When the doubts and suspicions begin to surface – Magdalena is then fifty-seven – the Holy Inquisition immediately takes hold of the case.  The Institution is over three hundred years old at this time, and acts with variable rigour.  According to the convictions of the different Popes, or the vigour of public reaction that is engendered.

In the Spain of the XVIth Century, it is particularly active, mostly against heretics, “sorcerers” and relapsed Jews.  The Grand Inquisitor is “the red Cardinal” Ximenez, Primate of Spain, appointed by Isabella of Castile, herself, who founded the Holy Office, of sinister memory.  It is because of this, that Magdalena is transferred to the Alcazar prisons to be interrogated.


The fact that she made such a co-operative and detailed revelation, after fifty-two years of dissimulation, is incomprehensible if the ecclesiastic subtlety of that time is not taken into account.  The Church relies on the principle that divine works are eternal and infinite.  Those of the demon, on the other hand, are always limited in time and space.

If Magdalena confesses, it is because, in 1544, her pact with the devil has arrived at its end.  It is fear of Hell, as she says herself, which precipitates her revelations.

It is also God who inspires her first admissions, through a providential delirium, due to her illness.  It is God who assures her that she will live if she confesses.  Basically, she again succeeds in turning the subject to her advantage and appearing like someone privileged by supernatural powers.


This attitude is to her judges’ taste, and is also the explanation for the tribunal’s relative clemency.  Magdalena had arrived so high in her reputation for sainthood that she had been the counseller of kings, emperors, and above all, of the great Church dignitaries.

Abasing her too much, burning her at the stake, would have, at the same time, destroyed part of the prestige and authority of the whole Roman Catholic religion…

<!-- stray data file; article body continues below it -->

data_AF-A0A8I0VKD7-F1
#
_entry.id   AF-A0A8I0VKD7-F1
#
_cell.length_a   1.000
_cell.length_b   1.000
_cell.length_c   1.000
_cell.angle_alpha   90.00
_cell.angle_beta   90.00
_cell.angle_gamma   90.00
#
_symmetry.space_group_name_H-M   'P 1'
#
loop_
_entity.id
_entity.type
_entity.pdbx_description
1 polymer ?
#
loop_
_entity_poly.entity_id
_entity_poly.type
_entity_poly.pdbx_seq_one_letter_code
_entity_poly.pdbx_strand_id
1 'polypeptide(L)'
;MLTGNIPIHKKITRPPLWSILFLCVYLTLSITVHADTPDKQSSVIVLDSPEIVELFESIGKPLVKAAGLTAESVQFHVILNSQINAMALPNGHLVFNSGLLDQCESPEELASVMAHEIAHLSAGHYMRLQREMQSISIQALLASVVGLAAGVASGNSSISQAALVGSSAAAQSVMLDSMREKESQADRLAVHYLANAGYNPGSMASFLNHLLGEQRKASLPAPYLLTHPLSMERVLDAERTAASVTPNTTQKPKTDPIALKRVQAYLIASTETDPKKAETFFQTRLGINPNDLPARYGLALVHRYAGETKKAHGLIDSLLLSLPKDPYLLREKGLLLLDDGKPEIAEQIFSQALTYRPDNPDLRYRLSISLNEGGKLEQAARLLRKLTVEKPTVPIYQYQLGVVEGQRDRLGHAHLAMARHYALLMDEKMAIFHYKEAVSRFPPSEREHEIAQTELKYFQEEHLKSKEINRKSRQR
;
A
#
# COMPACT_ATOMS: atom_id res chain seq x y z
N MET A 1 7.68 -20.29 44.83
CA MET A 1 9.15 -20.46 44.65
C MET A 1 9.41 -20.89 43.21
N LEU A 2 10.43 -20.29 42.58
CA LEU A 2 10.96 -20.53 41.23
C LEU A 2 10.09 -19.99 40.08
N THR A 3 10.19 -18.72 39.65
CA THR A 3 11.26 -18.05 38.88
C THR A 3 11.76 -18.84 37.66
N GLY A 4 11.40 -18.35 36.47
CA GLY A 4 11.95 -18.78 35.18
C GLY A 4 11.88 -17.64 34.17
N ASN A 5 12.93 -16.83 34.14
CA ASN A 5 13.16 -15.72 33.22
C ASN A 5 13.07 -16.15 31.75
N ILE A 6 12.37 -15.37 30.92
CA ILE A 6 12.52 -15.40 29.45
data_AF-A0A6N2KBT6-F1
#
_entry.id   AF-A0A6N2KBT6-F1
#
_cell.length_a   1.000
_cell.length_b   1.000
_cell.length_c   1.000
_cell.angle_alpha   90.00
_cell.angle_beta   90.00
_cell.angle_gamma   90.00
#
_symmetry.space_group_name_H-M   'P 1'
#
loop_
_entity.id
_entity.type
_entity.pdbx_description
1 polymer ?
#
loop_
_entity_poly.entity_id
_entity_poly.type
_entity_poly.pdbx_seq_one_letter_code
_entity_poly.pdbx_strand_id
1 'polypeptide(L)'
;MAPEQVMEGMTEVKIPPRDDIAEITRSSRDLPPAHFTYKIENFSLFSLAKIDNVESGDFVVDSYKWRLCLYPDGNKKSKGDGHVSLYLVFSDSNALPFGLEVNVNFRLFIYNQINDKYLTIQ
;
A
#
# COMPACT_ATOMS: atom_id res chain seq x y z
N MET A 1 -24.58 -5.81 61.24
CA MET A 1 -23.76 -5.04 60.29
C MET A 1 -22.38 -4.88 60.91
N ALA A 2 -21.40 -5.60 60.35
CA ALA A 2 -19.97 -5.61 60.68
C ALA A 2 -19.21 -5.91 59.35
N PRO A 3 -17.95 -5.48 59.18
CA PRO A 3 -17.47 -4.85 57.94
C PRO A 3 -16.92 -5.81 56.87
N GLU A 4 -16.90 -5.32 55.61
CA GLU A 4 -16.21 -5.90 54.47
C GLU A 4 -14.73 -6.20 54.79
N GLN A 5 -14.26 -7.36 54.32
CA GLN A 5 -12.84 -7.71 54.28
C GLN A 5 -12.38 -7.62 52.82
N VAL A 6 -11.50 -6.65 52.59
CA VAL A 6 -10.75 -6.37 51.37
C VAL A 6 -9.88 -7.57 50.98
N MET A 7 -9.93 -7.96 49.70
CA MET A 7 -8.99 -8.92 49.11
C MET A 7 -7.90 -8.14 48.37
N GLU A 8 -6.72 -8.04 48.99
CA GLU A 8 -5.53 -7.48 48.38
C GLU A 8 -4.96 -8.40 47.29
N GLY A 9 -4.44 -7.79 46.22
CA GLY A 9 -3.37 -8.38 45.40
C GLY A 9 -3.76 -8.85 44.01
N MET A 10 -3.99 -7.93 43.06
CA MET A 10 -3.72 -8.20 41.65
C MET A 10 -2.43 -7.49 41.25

The trial’s conclusions about this are very interesting.  The whole effort of the judges tends to prove that the only real dupe in this affair… is the devil, himself.  His subterfuges have turned against him:  by perverting Magdalena, he has only reinforced the faith of the Clarissas, and she who has been submissive to him for so long, escapes his rule in the end.

What also contributes to saving Magdalena from the stake, is her extreme youth when the devil has dealings with her for the first time.  The Inquisition had several times had children, recognized guilty of sorcery or complicity, burnt at the stake.  In the present case, this circumstance seems to be considered as… attenuating.


So, who really was Magdalena of the Cross?  Louis Pauwels, whose work I have translated, writes:

“I believe that she was, from childhood, a gifted simulator, a sort of little Mozart of supernatural interpretation.  In any case, it is an unique example of mystical lying.

“At an epoch when a young, intelligent person of modest origin can only become famous by playing the game of religious folly or diabolic possession.  Or both at once, as in her case, finally winning on all fronts.”


Magdalena’s astonishing pregnancy was probably an hysterical pregnancy.  Or perhaps a young, attractive Franciscan monk?  But most likely, an hysterical pregnancy…

In fact, Louis Pauwels thinks that Magdalena was

“pregnant her whole life.  Pregnant with prodigious vanity.”


Sister Magdalena of the Cross, venerated by the whole of Spain, confessed, one day, that the Devil had been visiting her in her cell.

Don Juan of Cordua, Doyen of the Spanish church, was given the task of exorcising Magdalena of the Cross.

Don Juan of Cordua establishes a faithful witness statement which causes consternation in town, and from there, throughout the whole of Spain.  The following day, the Provincial, in person, goes to the dying nun’s bedside.  He remains there for several hours and receives a complete confession, of which he says nothing.